The atmosphere in the tavern was one to be savoured the moment they entered.

   The joyous calls from up above the balcony on the right side down to the girls who lingered on the lounge chairs below them were not of anger, nor of temptation, but of cheerful calls and casual chatter.

    A large set of stairs ascended up the right wall of the building, and wrapped around through a balcony, which turned the corner and ran along the rear wall, before exiting into the balcony on the outside.

   There were at least twenty tables dotted around the main floor, each containing men of different colours and classes, speaking all the languages of the world.

   The counter, of pristine oak, stretched far across the left side of the room. Complete with a back bar and door to the cellar, it was stacked high along the wall with wines, ales and spirits of all kinds, with many a drunkard sitting on his stool, mumbling in the same way one would find in many of the pubs and taverns of England’s ports themselves.


   “Over there.” Charles pointed past the rest of the group to a small table in the far right corner. Amongst a couple of chairs sat a half-barrel. On top was placed a circular top, much like a solid wheel of ancient times. The surface was slightly dampened with water after the winches cleaned it from its previous occupants but, as the men weaved through the patrons, each one looking up at the foreigners with somewhat distained looks.

   “They don’t seem too happy to see us, Sir!” Hans spoke lightly behind the captain’s back, daring not to raise his voice around the others.

   “Do not fear them.” Fernando replied calm, “These are all Spanish folk. These islands are now in Portugal’s territory, so they shouldn’t dare start anything.”

   “By god, am I glad to hear that!” Charles chuckled as they began to sit themselves around the small table.


   “Well,” Edmund took off his coat and draped it over the chair, in much the same fashion he had back in the Admiral’s Arms, “How about a drink for one and all?”

   “That sounds a fitting plan, Sir.” Charles, moments after sitting down, got up again, “What can I get everyone?”

   “Nonsense, Charles!” Edmund beckoned the man to sit back down, which Charles obeyed without question, “As Captain of the ship, it is my duty to treat every man to drinks.” He turned to the Spaniard, “Fernando, what do you say?”

   “Well…” The man didn’t know what to say, for he certainly didn’t expect the offer of a drink, “I could do with a drop of Anise Gin, if it’s not too much trouble.”

   “Not at all!” The captain nodded, before turning to his aides, “Charles?”

   “I’ll just go for a glass of sherry, Sir.” His answer was short and simple, the way Edmund liked when relaxing.

   “Of course,” At last, the time was to come for the German to decide, “Hans?”

   “Glass of brandy will do just fine, Mein freund!” He slouched back in his chair, taking the form of a drunkard as he rested his weary eyes.

   “No problem.” Edmund happily replied, before he set off for the counter.


   “Good morning, my dear friend!” He grabbed the attention of the bartender as he meandered through the seating, coming towards the counter.

   “Holá amigo!” Despite the Azores being under control of Portugal, the tender was surprisingly Spanish. This didn’t worry Edmund though, because he still had that obvious friendly tone to his voice.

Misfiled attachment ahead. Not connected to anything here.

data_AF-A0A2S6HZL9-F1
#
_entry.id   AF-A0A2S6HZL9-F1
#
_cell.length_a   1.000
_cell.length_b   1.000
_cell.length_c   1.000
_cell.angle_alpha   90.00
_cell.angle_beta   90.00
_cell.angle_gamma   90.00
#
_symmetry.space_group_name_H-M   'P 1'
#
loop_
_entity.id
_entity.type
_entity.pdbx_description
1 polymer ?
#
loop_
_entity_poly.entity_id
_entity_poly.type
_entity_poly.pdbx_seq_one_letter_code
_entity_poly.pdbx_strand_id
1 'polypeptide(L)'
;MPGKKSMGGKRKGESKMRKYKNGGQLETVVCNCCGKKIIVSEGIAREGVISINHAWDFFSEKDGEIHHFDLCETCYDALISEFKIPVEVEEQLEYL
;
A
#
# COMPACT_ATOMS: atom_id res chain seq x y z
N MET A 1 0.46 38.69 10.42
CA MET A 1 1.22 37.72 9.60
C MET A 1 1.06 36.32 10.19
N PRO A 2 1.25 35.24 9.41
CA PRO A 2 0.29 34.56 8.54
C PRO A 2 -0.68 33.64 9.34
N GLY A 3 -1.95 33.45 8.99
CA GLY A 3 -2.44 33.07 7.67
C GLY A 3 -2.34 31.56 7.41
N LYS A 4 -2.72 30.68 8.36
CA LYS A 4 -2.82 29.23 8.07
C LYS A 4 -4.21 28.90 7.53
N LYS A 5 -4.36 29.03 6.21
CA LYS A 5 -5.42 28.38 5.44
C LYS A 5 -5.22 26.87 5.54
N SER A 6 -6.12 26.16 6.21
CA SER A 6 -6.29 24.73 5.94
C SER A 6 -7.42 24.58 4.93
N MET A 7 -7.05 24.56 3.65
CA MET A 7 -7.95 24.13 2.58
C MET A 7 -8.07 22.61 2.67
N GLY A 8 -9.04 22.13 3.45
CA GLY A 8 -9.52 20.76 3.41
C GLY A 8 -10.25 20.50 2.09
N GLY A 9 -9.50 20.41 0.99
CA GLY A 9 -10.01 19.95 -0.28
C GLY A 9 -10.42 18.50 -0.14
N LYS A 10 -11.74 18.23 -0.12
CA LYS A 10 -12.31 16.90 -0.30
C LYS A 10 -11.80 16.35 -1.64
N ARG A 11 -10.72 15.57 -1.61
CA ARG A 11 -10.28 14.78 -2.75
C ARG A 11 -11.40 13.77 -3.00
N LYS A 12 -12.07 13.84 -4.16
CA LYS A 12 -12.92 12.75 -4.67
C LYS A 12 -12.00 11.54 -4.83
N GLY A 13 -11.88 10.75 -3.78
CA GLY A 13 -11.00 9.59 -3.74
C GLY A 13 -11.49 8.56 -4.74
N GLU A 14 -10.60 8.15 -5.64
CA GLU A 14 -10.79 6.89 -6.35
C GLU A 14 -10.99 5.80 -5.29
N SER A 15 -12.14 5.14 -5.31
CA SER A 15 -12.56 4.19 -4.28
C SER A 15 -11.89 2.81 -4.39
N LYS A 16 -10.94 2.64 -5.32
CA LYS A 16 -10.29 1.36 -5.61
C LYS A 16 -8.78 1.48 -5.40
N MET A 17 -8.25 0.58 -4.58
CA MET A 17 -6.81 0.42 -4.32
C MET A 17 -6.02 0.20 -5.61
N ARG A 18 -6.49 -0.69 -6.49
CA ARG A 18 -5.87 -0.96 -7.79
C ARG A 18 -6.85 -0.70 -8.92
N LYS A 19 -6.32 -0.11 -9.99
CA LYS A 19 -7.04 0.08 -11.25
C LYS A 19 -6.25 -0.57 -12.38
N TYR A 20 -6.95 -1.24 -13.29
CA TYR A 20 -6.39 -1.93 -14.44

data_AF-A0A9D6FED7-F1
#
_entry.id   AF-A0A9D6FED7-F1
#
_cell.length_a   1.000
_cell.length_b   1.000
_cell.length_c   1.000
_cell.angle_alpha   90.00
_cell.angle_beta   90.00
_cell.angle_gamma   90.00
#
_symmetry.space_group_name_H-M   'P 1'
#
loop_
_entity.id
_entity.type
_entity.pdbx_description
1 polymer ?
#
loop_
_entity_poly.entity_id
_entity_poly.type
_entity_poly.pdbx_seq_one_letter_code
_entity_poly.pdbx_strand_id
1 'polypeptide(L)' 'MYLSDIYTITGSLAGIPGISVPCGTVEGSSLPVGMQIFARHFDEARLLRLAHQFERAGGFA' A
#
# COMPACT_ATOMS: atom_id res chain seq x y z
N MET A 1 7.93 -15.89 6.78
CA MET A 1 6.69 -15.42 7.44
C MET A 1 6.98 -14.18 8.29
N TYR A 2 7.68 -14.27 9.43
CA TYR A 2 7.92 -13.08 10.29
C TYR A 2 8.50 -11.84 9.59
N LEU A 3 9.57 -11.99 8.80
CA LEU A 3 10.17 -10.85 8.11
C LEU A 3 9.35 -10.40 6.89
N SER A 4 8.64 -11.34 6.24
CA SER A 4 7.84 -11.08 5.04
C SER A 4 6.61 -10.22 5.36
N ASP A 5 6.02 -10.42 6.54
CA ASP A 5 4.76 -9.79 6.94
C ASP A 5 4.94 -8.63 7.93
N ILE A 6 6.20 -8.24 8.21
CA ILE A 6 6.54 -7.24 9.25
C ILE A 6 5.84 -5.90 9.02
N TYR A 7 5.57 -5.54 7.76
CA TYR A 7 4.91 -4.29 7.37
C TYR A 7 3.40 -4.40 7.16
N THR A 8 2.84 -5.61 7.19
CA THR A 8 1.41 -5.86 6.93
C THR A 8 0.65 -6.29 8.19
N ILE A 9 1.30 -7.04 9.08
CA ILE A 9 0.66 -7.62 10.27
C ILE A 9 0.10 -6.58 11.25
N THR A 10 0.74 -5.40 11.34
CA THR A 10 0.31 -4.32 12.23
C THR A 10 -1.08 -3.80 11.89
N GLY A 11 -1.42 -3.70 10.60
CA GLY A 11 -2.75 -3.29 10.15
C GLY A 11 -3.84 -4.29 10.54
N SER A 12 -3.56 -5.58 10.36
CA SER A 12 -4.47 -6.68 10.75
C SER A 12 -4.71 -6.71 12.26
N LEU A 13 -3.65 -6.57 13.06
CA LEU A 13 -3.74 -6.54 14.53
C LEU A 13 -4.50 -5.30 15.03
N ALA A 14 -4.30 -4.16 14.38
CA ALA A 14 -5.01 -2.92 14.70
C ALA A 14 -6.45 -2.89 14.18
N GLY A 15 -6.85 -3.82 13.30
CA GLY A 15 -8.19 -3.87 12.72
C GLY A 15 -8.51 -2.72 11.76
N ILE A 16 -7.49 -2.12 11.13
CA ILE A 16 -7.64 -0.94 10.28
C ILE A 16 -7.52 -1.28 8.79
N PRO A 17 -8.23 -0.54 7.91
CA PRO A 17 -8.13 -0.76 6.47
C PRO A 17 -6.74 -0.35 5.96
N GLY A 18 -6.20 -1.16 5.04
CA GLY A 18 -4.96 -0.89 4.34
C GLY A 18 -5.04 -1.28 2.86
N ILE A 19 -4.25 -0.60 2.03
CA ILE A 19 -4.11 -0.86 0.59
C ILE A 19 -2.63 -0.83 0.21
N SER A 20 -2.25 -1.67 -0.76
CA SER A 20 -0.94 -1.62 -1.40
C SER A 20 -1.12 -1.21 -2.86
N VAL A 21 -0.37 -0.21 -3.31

He placed his hands of the counter, waiting for the captain to give his orders, as Edmund pulled up a stool to ease the access of the others, “What can I get you?”

   “Right, here goes…” Edmund went silent for a moment, trying to remember his years of learning the Iberian languages, “¿Puedo tener…uno Gin Anís, un jerez…y…dos…copas de coñac?”

   “Por supuesto señor!” Despite the stalling, the man fully understood Edmund’s commands, and laid out four crystal tumblers on the counter, before taking the according drinks from the back bar and laying them adjacent to their vessels, “Very good Spanish, Sir!”

   “Thank you.” Edmund replied. He felt proud to be complemented on his language skills by and experienced individual, as it gave a sharp boost to his morale almost instantly.

   “I haven’t met and Englishman in about a year now.” He contemplated, pouring the Gin out of the bottle and into the first glass, “Are there more of you?”

   “Plenty more.” The captain replied proudly, “There’s about a hundred and twenty of us altogether…” He tried to explain the vast number of Britons he had brought with him, but the bartender remained confused, “Um…ciento treinta tripulantes.” The man seemed even more shocked once he knew the vast amount of men Edmund was talking about.

   “You are the ones with Fernando?” The man asked.

   “Yes.” Edmund answered, “Just over there, in the corner.”


   He only stretched his arm a little way to point out the crew of his, lounging by the corner table, but it was certainly enough to cause a stir.

   His hand, while moving to direct, managed to catch the arm of a passing gentleman.


   Now, this gentleman happened to had ordered a drink at the same time as Edmund, and while passing, consequently had the contents of his newly-purchased beverage poured down his collar.

   “Good Sir!” Edmund reacted instantly to the sudden shout of a nearby patron, who hollered a drunken cry in both laughter and suspense, “I do apologize. Please, accept my most humble admission of guilt.”

   “¡Bastardo!” The man, easily decipherable as a Spanish soldier in his yellow frock coat and a rapier by his waist strode up to Edmund and for a moment, he became rather pinned against the counter.

   The aggressor slammed his glass to the floor, spilling the remnants of the drink, shattering the crystal and subsequently angering the bartender.